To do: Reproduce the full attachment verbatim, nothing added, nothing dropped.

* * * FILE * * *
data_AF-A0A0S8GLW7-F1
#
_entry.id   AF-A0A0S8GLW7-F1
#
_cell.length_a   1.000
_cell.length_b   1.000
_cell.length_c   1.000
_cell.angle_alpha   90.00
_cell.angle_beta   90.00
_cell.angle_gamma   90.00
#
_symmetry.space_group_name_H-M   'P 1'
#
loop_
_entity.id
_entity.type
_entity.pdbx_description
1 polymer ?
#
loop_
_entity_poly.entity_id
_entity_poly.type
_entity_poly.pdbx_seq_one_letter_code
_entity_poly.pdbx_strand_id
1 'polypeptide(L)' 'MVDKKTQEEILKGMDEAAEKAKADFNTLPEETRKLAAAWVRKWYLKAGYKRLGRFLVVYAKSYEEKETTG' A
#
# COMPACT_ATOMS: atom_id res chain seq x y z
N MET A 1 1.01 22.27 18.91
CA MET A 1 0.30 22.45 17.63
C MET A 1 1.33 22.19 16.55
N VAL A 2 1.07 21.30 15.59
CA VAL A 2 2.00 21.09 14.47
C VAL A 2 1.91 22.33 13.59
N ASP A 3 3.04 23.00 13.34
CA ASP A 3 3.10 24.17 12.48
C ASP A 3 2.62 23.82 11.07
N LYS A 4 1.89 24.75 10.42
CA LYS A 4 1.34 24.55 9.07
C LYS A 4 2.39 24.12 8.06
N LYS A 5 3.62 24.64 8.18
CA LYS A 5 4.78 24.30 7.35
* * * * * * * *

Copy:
data_AF-A0A0S8GLW7-F1
#
_entry.id   AF-A0A0S8GLW7-F1
#
_cell.length_a   1.000
_cell.length_b   1.000
_cell.length_c   1.000
_cell.angle_alpha   90.00
_cell.angle_beta   90.00
_cell.angle_gamma   90.00
#
_symmetry.space_group_name_H-M   'P 1'
#
loop_
_entity.id
_entity.type
_entity.pdbx_description
1 polymer ?
#
loop_
_entity_poly.entity_id
_entity_poly.type
_entity_poly.pdbx_seq_one_letter_code
_entity_poly.pdbx_strand_id
1 'polypeptide(L)' 'MVDKKTQEEILKGMDEAAEKAKADFNTLPEETRKLAAAWVRKWYLKAGYKRLGRFLVVYAKSYEEKETTG' A
#
# COMPACT_ATOMS: atom_id res chain seq x y z
N MET A 1 1.01 22.27 18.91
CA MET A 1 0.30 22.45 17.63
C MET A 1 1.33 22.19 16.55
N VAL A 2 1.07 21.30 15.59
CA VAL A 2 2.00 21.09 14.47
C VAL A 2 1.91 22.33 13.59
N ASP A 3 3.04 23.00 13.34
CA ASP A 3 3.10 24.17 12.48
C ASP A 3 2.62 23.82 11.07
N LYS A 4 1.89 24.75 10.42
CA LYS A 4 1.34 24.55 9.07
C LYS A 4 2.39 24.12 8.06
N LYS A 5 3.62 24.64 8.18
CA LYS A 5 4.78 24.30 7.35